Psychology A Self Teaching Guide

Psychology A Self Teaching Guide

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Frank J. Bruno, Ph.D.

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Book Details
 289 p
 File Size 
 2,108 KB
 File Type
 PDF format
 2002 by Frank J. Bruno  

To help you learn psychology on your own, Psychology: A Self-Teaching Guide
employs the following distinctive features:
• Each chapter begins with a five-question true-or-false preview quiz; answers can
be found near the end of a given chapter.
• Immediately following the quiz there is a short list of chapter objectives.
• Following each section there are one or several questions pertaining to the
material in the section. The questions are of the fill-in-the-blank variety.
Answers are provided immediately following the questions.
• A ten-question multiple-choice self-test appears toward the end of each chapter.
Answers to the self-test immediately follow.
• A list of key terms appears at the end of each chapter.

How Do You Use the Book?
I hope that you will use the book by being an active, not a passive, learner. You
can accomplish this by following a step-by-step process for each chapter:
1. Take the five-question true-or-false quiz. Even if you don’t know an answer,
make a guess. This will get you involved in the material. Turn to the answer
key at the end of the chapter. Score the test. You should, of course, be pleased
if you get four or five questions correct. On the other hand, don’t be concerned
if you only get two or three correct. Obviously, you haven’t studied
the material yet. The purpose of the quiz is to break the ice, verify what you
already know, and give you a preview of what is to come in the chapter.
2. Review the chapter objectives. Their aim is to give you some idea of what
you need to pay attention to in the chapter. The objectives help to give your
study focus and direct you to what is of particular importance in the chapter.
3. Read each section and pay particular attention to the emphasized terms and their meanings.
4. Respond to the fill-in-the-blank sentences at the end of each section before
moving on to the next one. Attempt the answers through the use of mental
recall. It is a good idea to actually write down, not just think about, your
answers. If necessary, cover the answers at the bottom of the questions. Then
check your responses against the answers provided. Look back at the relevant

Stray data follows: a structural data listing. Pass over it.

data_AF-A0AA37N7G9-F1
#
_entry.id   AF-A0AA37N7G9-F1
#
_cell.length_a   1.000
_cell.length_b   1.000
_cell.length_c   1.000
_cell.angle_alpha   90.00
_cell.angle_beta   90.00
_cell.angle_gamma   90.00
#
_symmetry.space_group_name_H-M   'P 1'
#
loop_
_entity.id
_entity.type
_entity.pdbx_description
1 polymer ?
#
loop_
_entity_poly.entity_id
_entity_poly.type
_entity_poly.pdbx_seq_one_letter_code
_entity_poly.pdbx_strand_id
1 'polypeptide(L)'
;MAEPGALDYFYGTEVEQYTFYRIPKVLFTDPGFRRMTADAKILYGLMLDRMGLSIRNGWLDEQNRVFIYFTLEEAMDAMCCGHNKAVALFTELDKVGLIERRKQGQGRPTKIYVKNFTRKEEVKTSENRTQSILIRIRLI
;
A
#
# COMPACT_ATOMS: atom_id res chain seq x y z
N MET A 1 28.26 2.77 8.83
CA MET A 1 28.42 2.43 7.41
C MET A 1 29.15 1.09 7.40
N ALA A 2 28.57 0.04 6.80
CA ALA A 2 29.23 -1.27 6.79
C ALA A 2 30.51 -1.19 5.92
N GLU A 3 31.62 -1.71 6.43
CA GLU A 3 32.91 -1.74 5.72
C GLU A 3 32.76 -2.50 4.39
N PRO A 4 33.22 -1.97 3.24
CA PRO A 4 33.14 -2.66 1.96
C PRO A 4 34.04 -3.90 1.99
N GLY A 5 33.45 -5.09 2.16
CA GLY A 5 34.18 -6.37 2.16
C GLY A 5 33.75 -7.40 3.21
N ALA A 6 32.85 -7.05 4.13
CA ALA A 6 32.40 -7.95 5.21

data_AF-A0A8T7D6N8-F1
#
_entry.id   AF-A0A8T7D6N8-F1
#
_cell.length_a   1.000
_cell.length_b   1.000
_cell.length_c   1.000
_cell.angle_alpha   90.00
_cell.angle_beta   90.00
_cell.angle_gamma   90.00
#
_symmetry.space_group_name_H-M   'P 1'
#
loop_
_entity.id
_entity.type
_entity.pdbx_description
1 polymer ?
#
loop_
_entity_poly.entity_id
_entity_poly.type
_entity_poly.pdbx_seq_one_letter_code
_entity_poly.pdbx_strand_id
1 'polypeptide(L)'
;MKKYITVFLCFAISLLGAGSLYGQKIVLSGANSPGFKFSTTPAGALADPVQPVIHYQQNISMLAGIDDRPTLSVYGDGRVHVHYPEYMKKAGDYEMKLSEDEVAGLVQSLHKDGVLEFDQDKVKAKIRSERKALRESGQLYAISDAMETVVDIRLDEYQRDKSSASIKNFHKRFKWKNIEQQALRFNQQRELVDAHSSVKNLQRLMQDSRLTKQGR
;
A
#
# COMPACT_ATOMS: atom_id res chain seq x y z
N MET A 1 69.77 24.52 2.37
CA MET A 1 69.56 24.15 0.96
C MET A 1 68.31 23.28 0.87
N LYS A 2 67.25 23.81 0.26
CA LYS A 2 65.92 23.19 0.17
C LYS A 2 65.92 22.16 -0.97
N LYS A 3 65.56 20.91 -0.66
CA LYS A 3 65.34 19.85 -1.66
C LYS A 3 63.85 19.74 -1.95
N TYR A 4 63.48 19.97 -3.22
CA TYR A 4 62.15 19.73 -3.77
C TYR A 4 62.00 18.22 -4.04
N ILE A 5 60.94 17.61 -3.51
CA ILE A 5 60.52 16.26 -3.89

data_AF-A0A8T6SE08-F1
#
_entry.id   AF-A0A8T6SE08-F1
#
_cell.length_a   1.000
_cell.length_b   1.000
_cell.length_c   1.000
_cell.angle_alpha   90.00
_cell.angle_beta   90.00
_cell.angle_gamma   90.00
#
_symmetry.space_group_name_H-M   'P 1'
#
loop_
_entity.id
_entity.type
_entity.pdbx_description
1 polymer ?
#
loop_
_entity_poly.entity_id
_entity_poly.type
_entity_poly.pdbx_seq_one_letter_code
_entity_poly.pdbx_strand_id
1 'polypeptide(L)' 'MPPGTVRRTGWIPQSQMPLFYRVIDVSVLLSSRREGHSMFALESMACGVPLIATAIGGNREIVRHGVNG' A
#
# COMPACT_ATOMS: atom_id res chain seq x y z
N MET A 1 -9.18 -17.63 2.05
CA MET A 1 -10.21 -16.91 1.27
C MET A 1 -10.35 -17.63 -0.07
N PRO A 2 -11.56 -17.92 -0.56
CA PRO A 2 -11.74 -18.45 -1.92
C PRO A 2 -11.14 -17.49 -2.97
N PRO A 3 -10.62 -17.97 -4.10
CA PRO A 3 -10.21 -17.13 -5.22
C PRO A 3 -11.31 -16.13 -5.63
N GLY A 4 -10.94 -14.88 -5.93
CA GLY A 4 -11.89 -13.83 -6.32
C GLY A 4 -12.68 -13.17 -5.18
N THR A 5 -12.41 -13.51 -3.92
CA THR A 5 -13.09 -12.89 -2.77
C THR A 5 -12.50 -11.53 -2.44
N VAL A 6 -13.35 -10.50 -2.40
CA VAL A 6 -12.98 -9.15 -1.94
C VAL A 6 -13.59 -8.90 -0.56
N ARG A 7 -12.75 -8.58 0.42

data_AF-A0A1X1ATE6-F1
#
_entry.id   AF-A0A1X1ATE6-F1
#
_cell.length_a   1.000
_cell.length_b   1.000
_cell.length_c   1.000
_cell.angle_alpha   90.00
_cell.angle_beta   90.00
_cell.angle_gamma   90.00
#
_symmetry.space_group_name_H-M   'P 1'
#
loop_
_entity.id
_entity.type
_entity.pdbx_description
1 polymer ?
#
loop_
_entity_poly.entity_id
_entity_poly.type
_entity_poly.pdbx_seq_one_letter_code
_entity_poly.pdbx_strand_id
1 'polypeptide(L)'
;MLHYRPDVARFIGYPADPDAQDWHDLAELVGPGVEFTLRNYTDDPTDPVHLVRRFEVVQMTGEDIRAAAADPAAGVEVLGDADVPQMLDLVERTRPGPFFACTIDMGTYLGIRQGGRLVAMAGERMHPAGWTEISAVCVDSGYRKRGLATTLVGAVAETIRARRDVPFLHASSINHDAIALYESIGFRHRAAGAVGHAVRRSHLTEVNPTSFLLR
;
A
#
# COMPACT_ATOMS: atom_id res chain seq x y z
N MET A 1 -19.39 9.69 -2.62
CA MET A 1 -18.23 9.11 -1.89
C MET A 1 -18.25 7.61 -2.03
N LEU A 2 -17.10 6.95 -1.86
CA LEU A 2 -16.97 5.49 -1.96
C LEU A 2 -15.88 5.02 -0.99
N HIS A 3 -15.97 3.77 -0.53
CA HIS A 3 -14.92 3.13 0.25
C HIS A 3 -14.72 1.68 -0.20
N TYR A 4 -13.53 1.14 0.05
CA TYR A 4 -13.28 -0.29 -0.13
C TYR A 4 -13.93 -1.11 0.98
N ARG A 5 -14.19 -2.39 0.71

section if there is anything you don’t understand.
5. Take the ten-question multiple-choice test at the end of the chapter. If you’re
not sure of an answer, take a guess. Your guess is likely to be an educated, not
a random, guess. After all, you have been studying the material. On most college
multiple-choice tests there is no penalty for guessing. Only correct
answers are scored, and nothing is taken away for missing a question.
6. Score the test using the answers that immediately follow it. On an absolute
scale, a score of 10 or 9 correct equals an A. A score of 8 correct equals a B.
A score of 7 correct equals a C. A score of 6 correct equals a D. A score of 5
correct equals an F. Refer back to the material associated with questions you
missed, and evaluate why you made an error.
7. Review the key terms at the end of the chapter. The terms are listed in alphabetical
order. Look up any terms you don’t recognize or that have little meaning for you.
I believe that you will find psychology to be an interesting subject. Also, you
will discover that it has relevance in terms of everyday life. I have made every
effort to write a book that will make it possible for you to readily grasp psychology’s
key concepts. I hope you find the process of learning more about behavior
a meaningful and valuable experience.
A number of people have helped me make Psychology: A Self-Teaching Guide a
reality. My thanks are expressed to:
Jeff Golick, editor at John Wiley & Sons, for recognizing the merits of the book.
Mark Steven Long for carefully supervising production.
Karen Fraley for excellent copy editing.
Bert Holtje, agent with James Peter Associates, for his confidence in my ability.
Gene Brissie, agent with James Peter Associates, for his support and assistance.
Jeanne, my wife, for our many meaningful discussions about human behavior.
Franklin, my son, for our frequent conversations about words, language, and meaning.
Josephine Bruno, my mother, for listening to my ideas.
George K. Zaharopoulos, a true teaching colleague, for his steadfast encouragement
of my writing projects.
David W. Yang for his help in preparing the manuscript.

Table of Contents

Preface ix
1 Introduction: The Foundations of Psychology 1
2 Research Methods in Psychology: Gathering Data 17
3 The Biology of Behavior: Is the Brain the Organ
of Mental Life? 30
4 Sensation: Studying the Gateways of Experience 45
5 Perception:Why Do Things Look the Way
They Do? 57
6 Learning: Understanding Acquired Behavior 72
7 Motivation:Why Do We Do What We Do? 90
8 Emotions: Riding Life’s Roller Coaster 107
9 Thinking: Exploring Mental Life 120
10 Intelligence: In Pursuit of Rational Thought and
Effective Action 136
11 Developmental Psychology: How Children
Become Adults 153
12 Sex and Love: Are You in the Mood? 174
13 Personality: Psychological Factors That Make
You an Individual 191
14 Abnormal Psychology: Exploring Mental Disorders 212
15 Therapy: Helping Troubled People 231
16 Social Psychology: Interacting with Other People 247
Index 263